Republican Study Committee Chairman Jim Banks and other members of the largest Republican caucus’ leadership will hold a summit with former President Donald Trump in New Jersey next week, the Indiana Republican confirmed to The Post.

“At Republican Study Committee, we’ve been very busy as we develop the consensus conservative agenda for the future of the Republican Party, and that agenda is the Trump agenda,” he said, noting that the June 10 trip to New Jersey will be the first time several of the members have met with Trump since he left office.  

“We’re looking forward to going up to visit with him to discuss what we’ve been up to and what we plan to do for not just the rest of this term in the minority, but when we get the majority back, but talk to him about what we, what we hope to accomplish.” 

Trump last month relocated his political and fundraising operations from Mar-a-Lago in Florida to his Bedminster, NJ resort and golf course for the summer.

The meeting comes as speculation grows over whether Trump will run again in 2024. Numerous 2024 hopefuls including former Vice President Mike Pence, former New Jersey Gov. Chris Christie, Sen. Tom Cotton of Arkansas, Sen. Marco Rubio of Florida and former Secretary of State Mike Pompeo have met with the group in recent months, with several high-profile potential candidates having reached out to speak to the group in coming weeks. 

Banks, who has been playing an expanding role in helping lead the House GOP’s messaging efforts, said its policy proposals are largely modeled after the Trump administration’s, and has repeatedly stressed he feels the party needs to lean into Trumpism if it is going to retain and attract voters who have shifted toward the GOP since 2016.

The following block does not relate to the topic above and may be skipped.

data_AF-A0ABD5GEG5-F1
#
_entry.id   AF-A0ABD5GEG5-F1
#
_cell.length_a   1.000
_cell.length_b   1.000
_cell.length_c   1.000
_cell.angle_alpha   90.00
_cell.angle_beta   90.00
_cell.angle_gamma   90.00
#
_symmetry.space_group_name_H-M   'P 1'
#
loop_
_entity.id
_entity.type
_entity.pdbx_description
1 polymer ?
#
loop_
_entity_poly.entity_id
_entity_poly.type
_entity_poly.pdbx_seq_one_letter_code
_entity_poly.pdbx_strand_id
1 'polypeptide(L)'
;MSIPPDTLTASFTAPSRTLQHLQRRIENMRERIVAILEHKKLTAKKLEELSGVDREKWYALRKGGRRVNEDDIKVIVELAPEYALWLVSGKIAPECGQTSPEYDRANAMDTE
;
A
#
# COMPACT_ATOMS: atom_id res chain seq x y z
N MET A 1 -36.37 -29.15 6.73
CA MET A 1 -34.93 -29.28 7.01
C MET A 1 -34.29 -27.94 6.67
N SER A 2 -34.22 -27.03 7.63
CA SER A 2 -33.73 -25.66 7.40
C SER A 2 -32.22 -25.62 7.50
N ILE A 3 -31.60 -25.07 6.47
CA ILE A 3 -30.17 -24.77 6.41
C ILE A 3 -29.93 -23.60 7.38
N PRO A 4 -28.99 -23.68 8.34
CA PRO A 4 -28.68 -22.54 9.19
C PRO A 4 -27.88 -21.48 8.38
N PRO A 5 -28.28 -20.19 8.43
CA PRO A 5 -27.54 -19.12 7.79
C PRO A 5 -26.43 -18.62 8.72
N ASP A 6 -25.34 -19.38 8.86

The group has taken a leading role in attempting to offer contrasting policy proposals to the Biden administration’s agenda as Republicans look to take back the House majority in 2022. 

The RSC recently unveiled its budget proposal, which looks to balance the federal budget in five years while cutting $14.4 trillion over the course of a decade and lowering taxes by $1.9 trillion, with the architects of the plan stating that it would lead to a budget surplus by 2026.

Banks said since taking the reins of the RSC, he has looked to broaden what the group focuses on beyond just fiscal conservatism and pro-life issues, incorporating some of the Trump administration’s priorities like China policy and immigration.